Directed by Knut Erik Jenson, starring The Berlevag Male Choir.
Already a national treasure in its native Norway, Knut Erik Jenson's 'Cool & Crazy' arrives to club cinema under a weight of expectancy after it became the darling of film festivals around the globe last year. It follows the fortunes of a male choir in Berlevag, in the vast, rugged and infinitely inhospitable northern region of Norway. But although Jenson's film is of that peculiarly insular, homespun variety, it nevertheless manages to fend off the blight of boredom with its sheer exuberance and authentic appreciation of its subject.
Berlevag, a small town with a population of just 1,200, effectively stands on the edge of the world with a crystalline vista of the North Pole. But what was once a thriving fishing community has been decimated by the advent of globalisation and increasing technology. Many of its processing industries have long since ceased to operate while the strengthening hold of the bigger industry players has forced many of its citizens to move further south to the cities in search of employment and, in some cases, more exciting lifestyles. For those who have remained, there are still, commendably in view of the effects of modern society, a variety of community groups in which to access a sense of collective worth.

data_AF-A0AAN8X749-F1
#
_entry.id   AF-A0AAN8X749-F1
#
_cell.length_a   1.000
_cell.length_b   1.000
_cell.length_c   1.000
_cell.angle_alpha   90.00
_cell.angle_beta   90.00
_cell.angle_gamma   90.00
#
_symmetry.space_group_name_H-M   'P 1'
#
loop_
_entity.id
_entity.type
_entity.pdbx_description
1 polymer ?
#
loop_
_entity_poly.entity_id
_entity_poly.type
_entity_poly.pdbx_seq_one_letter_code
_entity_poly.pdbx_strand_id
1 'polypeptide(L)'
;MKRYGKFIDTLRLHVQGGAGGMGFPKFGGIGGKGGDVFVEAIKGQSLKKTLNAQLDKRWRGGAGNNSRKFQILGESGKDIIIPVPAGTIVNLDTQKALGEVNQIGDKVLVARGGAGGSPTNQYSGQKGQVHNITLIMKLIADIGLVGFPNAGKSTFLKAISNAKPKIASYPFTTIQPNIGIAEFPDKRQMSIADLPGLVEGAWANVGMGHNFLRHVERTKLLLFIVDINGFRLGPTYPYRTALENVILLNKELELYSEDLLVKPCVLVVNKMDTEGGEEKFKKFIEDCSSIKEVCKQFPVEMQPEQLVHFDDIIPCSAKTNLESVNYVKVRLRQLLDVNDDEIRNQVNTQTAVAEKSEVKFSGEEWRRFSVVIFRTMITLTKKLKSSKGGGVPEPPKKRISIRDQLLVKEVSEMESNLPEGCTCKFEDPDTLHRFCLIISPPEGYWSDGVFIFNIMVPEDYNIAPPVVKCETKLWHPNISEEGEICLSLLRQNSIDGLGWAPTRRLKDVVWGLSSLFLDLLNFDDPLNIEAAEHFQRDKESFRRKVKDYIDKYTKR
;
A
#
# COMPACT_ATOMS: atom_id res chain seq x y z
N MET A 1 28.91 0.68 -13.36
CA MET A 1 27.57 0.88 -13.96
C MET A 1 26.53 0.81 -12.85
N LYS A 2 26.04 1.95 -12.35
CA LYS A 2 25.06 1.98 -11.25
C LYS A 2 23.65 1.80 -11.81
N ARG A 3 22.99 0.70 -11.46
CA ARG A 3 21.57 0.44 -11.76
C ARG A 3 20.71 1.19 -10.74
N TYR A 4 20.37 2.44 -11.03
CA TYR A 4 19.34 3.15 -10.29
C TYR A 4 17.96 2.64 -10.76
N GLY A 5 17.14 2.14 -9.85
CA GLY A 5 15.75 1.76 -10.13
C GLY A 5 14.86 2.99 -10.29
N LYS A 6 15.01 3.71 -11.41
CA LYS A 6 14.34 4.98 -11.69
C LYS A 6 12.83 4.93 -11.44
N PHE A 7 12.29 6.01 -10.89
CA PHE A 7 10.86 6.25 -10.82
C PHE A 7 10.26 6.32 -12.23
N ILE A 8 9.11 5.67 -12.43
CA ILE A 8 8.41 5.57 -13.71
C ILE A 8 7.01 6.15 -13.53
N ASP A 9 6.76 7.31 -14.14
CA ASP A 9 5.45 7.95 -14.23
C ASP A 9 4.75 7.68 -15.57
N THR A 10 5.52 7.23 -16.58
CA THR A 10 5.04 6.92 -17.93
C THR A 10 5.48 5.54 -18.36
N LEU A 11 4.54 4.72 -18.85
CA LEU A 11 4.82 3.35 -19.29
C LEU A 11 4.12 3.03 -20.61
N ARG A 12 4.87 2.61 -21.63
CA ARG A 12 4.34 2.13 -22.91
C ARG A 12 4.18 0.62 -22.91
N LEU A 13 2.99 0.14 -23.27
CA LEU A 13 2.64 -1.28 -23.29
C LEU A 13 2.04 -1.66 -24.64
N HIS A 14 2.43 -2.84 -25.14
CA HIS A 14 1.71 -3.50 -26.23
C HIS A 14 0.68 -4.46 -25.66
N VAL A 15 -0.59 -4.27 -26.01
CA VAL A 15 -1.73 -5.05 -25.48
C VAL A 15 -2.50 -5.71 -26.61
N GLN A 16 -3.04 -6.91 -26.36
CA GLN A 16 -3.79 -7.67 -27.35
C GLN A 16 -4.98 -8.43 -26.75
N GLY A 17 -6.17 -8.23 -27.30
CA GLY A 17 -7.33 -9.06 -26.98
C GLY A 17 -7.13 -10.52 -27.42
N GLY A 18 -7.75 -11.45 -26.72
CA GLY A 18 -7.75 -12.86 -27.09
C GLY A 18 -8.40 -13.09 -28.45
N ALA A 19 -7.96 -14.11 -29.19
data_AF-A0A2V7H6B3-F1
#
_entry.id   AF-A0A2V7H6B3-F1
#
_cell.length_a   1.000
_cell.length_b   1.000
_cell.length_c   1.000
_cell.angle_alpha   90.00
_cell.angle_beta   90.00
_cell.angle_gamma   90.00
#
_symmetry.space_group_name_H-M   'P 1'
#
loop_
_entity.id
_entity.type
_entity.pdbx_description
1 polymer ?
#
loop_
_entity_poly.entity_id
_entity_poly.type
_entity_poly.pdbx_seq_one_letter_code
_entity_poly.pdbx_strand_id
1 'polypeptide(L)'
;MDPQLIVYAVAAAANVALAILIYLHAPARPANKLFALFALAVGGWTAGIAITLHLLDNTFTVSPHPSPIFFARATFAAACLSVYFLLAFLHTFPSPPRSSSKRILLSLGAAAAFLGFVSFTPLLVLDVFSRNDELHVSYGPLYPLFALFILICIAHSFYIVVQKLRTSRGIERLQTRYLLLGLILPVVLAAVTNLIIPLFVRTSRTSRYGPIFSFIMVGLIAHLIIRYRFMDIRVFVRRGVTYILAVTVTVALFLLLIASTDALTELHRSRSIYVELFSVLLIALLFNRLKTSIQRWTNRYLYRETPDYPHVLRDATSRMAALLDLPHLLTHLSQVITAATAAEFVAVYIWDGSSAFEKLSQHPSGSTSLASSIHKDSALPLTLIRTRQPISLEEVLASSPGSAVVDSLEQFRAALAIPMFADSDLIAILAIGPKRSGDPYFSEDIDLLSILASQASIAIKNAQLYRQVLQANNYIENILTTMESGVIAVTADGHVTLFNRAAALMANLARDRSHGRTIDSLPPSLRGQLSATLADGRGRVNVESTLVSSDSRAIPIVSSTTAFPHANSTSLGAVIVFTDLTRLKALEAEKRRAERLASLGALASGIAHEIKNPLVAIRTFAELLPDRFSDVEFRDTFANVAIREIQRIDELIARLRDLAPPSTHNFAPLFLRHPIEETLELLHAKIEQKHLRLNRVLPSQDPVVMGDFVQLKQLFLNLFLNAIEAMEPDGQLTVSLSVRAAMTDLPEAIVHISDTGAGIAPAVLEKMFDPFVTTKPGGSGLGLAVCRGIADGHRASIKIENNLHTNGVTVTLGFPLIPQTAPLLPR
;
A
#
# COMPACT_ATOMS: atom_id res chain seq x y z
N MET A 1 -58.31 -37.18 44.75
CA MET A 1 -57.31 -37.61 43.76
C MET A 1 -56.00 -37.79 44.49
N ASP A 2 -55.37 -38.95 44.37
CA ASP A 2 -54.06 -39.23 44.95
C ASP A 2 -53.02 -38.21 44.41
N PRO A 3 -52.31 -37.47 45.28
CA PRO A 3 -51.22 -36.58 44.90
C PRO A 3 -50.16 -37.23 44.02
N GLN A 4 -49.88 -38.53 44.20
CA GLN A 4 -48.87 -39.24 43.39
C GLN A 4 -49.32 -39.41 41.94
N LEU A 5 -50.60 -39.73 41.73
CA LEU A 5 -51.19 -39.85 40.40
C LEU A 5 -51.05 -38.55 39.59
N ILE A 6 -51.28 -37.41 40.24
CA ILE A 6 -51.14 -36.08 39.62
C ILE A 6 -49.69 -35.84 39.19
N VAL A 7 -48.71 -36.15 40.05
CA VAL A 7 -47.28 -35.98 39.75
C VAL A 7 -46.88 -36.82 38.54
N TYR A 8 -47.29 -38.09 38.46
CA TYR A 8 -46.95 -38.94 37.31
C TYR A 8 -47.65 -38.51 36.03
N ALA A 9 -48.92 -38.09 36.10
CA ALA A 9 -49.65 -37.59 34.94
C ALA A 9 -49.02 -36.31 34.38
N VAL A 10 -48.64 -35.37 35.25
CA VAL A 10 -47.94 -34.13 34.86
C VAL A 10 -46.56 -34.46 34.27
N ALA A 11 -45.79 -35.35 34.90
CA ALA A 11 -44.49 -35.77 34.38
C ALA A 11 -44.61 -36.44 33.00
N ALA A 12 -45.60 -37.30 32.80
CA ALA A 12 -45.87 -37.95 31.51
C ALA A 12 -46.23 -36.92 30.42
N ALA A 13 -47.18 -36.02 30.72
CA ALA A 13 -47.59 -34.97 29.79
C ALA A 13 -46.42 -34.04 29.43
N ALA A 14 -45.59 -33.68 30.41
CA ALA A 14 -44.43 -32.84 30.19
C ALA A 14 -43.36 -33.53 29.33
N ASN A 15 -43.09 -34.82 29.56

One such group is the Berlevag male choir, a group of singers ranging in age from 29 to 96. Jenson's camera captures the individual hopes, regrets and idiosyncrasies of the choir members, building it into a collage of humanity in the most ordinary, yet extraordinary, manner. The legacy of the piece is to evince a group of disparate characters who appear lost without the unifying baton of the choir – unfulfilled in the micro, complemented in the macro.
'Cool & Crazy' is effectively a 'docu-musical', and this is what actually saves it. Had Jenson chosen to make a dramatic feature about the choir, one suspects it would have had none of the innocent charm which gives this its appeal. Okay, it's certainly not for everyone, but the fact that it has earned 10m kroner (€1.3m) so far, an extraordinary sum for an effort of its type, is a clear indication that this has an allure beyond that of its ilk. Perhaps the reason for its relatively overwhelming success lies in its exploration of the traditions and customs of a particular society, and how these traditions, and the societies themselves, are coping in a world of increasing globalisation.
The Berlevag choir members are not exactly cool, and they're not (yet) crazy, but they do make for a nice film – and that's 'nice' without all the negative qualities that word has come to connote.